Higher Education

The Jerry Pournelle series continues with a collaboration with Charles Sheffield. This is an expansion of their story of the same name in Future Quartet and part of the Jupiter series from Tor. That was an attempt to resurrect, in the 1990s, the tradition of the Robert A. Heinlein juvenile novel. All the Jupiter books were unrelated in their stories.

Raw Feed (1997): Higher Education, Charles Sheffield and Jerry Pournelle, 1996.Higer Education

This book was a pleasant if not great read and, I suspect, a great deal like Robert Heinlein’s juvenile novels of which I’ve only read Starship Troopers and, a long time ago, The Rolling Stones. [In fact, I may have read that before Robert Silverberg’s Revolt on Alpha C, but it was the latter novel which gave me a taste for science fiction.]

It’s the story of a youth learning adult responsibilities and a lot of math and science – the authors deliver some good minor science lessons in passing including one on why rings around planets can’t be solid.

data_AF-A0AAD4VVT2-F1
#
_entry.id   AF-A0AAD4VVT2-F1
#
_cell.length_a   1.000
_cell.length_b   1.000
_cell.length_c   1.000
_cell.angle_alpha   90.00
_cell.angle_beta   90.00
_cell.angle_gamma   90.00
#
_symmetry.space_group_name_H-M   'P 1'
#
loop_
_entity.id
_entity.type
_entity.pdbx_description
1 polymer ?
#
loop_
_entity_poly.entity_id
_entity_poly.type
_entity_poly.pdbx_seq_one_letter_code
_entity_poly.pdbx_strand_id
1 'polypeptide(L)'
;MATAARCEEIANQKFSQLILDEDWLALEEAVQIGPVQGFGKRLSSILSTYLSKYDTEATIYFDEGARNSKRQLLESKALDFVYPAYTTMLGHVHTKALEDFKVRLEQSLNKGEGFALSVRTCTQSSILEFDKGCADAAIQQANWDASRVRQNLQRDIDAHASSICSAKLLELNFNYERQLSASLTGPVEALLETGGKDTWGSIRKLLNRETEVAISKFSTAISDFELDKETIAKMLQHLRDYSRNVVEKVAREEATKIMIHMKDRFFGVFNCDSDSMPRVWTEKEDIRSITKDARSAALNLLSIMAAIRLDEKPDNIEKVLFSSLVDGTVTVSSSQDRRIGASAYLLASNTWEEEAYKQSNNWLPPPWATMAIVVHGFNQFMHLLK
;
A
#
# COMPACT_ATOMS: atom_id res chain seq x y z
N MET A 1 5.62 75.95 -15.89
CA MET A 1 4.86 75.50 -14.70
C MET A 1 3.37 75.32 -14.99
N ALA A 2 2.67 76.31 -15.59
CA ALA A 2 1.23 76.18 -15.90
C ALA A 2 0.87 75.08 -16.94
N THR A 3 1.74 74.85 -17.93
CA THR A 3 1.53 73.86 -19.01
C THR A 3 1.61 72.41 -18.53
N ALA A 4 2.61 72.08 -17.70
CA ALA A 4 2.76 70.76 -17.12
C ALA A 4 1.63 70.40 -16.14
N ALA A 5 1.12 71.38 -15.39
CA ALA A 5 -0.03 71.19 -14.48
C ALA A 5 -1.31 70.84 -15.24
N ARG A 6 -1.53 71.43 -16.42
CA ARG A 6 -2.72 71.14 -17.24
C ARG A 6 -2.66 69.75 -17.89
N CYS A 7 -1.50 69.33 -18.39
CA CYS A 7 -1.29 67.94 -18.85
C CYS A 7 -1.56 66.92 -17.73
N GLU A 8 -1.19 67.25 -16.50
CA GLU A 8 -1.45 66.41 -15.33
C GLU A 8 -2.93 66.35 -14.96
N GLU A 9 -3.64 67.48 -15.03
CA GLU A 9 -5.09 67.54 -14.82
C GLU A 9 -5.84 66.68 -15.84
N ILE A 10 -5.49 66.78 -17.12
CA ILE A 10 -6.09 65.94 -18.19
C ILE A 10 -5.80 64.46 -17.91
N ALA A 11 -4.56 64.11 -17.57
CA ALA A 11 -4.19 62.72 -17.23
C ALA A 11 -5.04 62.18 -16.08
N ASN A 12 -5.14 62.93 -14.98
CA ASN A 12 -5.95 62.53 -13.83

The plot of corporate espionage and sabotage (I liked that the saboteur was allegedly from the Black Hills) was, if my memory is correct, added from the novella of the same name. In the short story, protagonist Rick Luban finishes training and his employer tries to recruit him for training Earthside. The novel ends with a similar pitch but after more training.

The main flaw is, given the supposedly even more decadent, ignorant, and violent schools of the future, Rick Luban and the other delinquents of his school seem way too tame in their behavior and lack of profanity (perhaps toned down for a juvenile reader?) to be the problem children of tomorrow. They seem like problem children of the fifties.

The future of the novel – aristocratic politicians ruling an over regulated welfare state – is obviously Pournelle’s and reminiscent of his Exiles to Glory which features a similar plot of a student being forced off Earth by circumstances and finding a new life in space though that character was an engineering student in trouble after defending himself from a gang.

Both novels feature government insiders (a teacher here and a policeman in Exiles to Glory) who steer their heroes into space.

 

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